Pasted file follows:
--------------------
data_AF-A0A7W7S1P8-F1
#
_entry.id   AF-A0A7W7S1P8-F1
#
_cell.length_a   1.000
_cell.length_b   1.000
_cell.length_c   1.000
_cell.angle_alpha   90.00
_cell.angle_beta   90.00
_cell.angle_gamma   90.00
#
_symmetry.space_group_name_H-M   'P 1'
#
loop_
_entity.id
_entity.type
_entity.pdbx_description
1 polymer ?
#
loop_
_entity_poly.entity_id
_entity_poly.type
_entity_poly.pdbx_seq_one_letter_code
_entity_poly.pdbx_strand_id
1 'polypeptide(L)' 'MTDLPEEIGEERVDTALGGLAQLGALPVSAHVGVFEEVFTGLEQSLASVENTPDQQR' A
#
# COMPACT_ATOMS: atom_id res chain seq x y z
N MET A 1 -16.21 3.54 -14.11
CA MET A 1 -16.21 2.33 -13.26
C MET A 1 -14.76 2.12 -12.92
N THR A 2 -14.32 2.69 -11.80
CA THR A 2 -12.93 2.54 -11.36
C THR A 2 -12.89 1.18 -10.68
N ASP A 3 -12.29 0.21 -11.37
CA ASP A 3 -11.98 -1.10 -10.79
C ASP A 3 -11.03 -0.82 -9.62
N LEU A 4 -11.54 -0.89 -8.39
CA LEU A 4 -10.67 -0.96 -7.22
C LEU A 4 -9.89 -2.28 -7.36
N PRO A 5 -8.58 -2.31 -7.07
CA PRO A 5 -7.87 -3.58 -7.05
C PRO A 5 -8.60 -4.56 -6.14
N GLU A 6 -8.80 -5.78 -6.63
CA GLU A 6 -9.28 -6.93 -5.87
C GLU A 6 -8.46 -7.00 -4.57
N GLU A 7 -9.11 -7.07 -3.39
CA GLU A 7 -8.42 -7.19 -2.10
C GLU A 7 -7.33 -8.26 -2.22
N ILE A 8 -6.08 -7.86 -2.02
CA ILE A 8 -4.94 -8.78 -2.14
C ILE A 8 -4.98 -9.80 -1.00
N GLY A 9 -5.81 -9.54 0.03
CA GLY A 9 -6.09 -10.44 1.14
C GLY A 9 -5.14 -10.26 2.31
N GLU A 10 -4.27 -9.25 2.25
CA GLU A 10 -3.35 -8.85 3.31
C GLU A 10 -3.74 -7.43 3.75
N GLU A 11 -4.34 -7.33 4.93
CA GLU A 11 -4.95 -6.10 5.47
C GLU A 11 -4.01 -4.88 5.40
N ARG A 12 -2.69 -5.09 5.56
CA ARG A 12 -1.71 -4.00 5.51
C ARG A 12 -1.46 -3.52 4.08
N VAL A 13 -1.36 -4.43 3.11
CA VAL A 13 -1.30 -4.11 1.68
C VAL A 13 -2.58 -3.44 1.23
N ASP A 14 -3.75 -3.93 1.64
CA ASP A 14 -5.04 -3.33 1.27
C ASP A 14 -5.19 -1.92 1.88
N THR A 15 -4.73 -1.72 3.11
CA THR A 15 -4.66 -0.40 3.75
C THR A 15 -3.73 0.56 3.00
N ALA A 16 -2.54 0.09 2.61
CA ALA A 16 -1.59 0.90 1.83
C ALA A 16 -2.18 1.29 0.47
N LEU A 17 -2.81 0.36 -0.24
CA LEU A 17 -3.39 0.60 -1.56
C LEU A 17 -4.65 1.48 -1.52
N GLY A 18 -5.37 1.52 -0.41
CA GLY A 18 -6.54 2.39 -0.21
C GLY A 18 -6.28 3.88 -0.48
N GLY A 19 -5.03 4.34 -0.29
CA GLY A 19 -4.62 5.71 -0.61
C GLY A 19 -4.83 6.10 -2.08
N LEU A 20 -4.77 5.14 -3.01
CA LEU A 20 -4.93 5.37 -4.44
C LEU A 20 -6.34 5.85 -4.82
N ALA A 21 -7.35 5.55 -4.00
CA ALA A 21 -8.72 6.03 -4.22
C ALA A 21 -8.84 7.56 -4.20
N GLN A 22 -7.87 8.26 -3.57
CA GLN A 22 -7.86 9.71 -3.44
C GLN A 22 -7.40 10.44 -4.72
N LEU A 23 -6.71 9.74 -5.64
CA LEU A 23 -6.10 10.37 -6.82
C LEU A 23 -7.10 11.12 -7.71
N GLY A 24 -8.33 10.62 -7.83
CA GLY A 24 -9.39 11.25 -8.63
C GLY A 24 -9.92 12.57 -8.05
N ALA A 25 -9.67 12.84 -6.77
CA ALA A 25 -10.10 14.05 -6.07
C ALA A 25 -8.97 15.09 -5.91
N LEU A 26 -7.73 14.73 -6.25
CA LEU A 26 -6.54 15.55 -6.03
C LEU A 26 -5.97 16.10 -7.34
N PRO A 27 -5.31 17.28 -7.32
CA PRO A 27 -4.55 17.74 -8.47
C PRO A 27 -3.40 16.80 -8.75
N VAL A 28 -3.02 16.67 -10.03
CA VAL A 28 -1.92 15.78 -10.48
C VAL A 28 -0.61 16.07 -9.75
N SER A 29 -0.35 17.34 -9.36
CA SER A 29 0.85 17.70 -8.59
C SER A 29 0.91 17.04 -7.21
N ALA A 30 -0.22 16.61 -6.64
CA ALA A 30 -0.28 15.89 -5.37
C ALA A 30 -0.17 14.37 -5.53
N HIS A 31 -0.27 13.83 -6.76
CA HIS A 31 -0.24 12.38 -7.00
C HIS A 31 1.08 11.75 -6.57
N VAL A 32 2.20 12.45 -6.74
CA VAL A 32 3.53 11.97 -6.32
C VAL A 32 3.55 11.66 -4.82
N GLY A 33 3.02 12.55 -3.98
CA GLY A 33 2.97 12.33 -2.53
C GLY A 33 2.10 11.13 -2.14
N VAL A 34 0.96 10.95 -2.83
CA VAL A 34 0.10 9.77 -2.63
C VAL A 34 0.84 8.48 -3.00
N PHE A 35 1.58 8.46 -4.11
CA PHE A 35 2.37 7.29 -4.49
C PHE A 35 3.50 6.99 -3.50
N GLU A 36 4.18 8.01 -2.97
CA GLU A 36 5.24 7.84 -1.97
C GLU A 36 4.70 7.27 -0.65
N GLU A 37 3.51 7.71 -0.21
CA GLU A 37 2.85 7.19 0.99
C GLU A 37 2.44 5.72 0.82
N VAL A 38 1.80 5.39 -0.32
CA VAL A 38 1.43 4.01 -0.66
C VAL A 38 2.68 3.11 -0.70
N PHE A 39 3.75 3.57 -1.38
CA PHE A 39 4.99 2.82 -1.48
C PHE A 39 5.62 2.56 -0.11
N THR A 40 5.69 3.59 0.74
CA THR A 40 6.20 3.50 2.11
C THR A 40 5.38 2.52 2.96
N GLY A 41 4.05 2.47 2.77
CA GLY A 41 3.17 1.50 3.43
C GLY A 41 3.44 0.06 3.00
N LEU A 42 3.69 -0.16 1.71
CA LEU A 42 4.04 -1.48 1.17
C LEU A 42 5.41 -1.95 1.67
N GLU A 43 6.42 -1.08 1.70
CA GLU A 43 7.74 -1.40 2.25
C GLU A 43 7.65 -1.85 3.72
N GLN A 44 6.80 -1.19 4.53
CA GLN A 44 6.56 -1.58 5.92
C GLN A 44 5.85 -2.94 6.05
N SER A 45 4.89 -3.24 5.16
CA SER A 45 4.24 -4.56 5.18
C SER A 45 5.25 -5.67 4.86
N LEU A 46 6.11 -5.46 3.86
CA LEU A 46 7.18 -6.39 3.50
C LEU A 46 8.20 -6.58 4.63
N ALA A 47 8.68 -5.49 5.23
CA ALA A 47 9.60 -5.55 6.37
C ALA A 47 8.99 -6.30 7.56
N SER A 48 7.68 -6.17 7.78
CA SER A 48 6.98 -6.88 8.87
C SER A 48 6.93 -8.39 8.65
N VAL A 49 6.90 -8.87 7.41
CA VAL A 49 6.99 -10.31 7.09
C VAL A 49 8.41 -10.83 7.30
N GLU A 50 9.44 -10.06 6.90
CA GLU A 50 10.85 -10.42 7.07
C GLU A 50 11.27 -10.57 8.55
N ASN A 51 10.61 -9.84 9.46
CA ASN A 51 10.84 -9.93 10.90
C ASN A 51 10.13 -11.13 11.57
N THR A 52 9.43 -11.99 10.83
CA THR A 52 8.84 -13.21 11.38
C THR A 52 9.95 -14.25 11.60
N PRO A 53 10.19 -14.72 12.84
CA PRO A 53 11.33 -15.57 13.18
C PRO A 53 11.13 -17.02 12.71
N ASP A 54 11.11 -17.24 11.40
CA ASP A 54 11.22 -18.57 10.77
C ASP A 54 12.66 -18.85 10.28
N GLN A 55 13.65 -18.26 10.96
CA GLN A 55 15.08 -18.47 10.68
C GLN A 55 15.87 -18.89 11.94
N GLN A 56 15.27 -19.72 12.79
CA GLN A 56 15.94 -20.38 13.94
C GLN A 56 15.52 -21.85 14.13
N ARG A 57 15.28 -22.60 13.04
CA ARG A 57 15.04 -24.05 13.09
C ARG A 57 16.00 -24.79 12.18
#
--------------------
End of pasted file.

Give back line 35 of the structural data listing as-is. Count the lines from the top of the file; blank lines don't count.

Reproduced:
CA ASP A 3 -11.98 -1.10 -10.79